The Atlantic Multidecadal Oscillation without a role for ocean circulation

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Science  16 Oct 2015:
Vol. 350, Issue 6258, pp. 320-324
DOI: 10.1126/science.aab3980

Ocean circulation changes not needed

What causes the pattern of sea surface temperature change that is seen in the North Atlantic Ocean? This naturally occurring quasi-cyclical variation, known as the Atlantic Multidecadal Oscillation (AMO), affects weather and climate. Some have suggested that the AMO is a consequence of variable large-scale ocean circulation. Clement et al. suggest otherwise. They find that the pattern of AMO variability can be produced in a model that does not include ocean circulation changes, but only the effects of changes in air temperatures and winds.

Science, this issue p. 320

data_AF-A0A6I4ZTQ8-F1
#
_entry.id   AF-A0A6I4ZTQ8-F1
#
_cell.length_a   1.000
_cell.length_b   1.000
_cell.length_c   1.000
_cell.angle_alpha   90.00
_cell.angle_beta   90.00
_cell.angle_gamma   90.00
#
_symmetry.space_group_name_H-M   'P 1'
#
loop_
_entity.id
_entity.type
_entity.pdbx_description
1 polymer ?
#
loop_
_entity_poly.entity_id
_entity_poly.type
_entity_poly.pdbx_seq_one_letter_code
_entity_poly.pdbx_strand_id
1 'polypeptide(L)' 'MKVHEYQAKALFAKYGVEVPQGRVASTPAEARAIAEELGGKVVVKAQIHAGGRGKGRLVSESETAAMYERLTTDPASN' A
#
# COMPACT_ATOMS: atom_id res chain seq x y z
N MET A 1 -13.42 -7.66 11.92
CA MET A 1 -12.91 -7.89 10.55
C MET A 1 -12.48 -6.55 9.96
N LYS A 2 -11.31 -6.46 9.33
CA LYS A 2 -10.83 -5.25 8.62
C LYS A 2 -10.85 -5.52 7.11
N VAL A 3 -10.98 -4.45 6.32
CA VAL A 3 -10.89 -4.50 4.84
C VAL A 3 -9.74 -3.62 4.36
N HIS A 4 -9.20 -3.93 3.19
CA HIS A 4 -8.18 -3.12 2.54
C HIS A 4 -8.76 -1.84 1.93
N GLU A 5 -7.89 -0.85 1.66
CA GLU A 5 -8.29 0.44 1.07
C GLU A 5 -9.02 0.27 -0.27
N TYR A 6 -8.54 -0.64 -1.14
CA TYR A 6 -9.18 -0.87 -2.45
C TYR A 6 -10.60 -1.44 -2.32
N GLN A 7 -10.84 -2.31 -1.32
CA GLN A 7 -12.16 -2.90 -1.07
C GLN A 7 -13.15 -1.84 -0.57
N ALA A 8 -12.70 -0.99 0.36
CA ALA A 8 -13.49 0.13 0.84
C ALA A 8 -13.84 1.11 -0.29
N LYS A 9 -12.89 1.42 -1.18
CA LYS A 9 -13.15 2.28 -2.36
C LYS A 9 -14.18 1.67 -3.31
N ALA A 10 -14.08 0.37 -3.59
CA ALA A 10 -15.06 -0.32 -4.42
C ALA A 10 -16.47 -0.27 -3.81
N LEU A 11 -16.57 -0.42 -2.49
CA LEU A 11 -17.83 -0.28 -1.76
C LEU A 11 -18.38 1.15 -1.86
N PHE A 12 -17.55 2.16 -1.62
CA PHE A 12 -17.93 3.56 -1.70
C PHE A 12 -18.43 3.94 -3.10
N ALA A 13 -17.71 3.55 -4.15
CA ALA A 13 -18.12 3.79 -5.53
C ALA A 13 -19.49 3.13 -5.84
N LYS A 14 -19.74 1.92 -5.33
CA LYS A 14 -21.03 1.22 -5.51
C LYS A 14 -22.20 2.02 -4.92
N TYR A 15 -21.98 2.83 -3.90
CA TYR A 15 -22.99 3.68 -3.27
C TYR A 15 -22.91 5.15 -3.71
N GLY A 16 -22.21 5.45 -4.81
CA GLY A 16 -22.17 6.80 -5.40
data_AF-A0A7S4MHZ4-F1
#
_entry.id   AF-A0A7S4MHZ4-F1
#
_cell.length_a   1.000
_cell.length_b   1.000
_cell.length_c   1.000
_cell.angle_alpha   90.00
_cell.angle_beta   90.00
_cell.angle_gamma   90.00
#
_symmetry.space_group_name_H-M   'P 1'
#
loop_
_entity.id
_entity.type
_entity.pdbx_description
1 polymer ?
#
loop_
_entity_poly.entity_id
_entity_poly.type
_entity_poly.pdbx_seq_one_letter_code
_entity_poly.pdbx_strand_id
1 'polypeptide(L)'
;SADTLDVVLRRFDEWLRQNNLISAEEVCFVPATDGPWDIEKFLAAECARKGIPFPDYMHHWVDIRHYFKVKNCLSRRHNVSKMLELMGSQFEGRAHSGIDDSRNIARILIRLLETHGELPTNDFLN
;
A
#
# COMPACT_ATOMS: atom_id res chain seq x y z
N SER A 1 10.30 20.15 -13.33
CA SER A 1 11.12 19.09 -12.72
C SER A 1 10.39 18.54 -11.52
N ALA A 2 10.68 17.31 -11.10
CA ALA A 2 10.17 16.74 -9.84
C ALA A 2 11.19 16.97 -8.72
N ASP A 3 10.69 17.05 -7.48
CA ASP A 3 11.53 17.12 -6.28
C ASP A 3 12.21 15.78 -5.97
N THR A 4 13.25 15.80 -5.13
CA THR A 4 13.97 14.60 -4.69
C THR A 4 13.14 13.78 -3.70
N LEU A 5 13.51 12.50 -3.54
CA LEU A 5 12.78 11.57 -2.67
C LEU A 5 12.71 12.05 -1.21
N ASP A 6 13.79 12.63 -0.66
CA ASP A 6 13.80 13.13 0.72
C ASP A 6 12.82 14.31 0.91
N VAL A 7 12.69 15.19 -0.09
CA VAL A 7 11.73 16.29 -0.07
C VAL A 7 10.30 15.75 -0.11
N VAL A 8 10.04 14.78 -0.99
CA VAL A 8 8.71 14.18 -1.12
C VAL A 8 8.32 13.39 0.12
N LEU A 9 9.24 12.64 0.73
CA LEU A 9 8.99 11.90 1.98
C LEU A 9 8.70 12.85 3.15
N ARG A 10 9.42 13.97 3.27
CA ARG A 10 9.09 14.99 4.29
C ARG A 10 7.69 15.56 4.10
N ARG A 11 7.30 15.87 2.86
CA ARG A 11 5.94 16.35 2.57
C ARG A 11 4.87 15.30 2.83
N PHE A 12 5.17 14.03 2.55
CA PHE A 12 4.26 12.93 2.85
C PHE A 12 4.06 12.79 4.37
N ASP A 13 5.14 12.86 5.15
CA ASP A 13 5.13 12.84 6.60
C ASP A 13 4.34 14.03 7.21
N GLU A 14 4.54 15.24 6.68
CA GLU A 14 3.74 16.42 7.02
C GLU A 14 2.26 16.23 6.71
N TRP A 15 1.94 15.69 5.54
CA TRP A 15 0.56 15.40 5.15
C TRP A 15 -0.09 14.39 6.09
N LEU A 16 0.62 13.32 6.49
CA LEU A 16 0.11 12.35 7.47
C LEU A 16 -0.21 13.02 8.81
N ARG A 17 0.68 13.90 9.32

The Atlantic Multidecadal Oscillation (AMO) is a major mode of climate variability with important societal impacts. Most previous explanations identify the driver of the AMO as the ocean circulation, specifically the Atlantic Meridional Overturning Circulation (AMOC). Here we show that the main features of the observed AMO are reproduced in models where the ocean heat transport is prescribed and thus cannot be the driver. Allowing the ocean circulation to interact with the atmosphere does not significantly alter the characteristics of the AMO in the current generation of climate models. These results suggest that the AMO is the response to stochastic forcing from the mid-latitude atmospheric circulation, with thermal coupling playing a role in the tropics. In this view, the AMOC and other ocean circulation changes would be largely a response to, not a cause of, the AMO.

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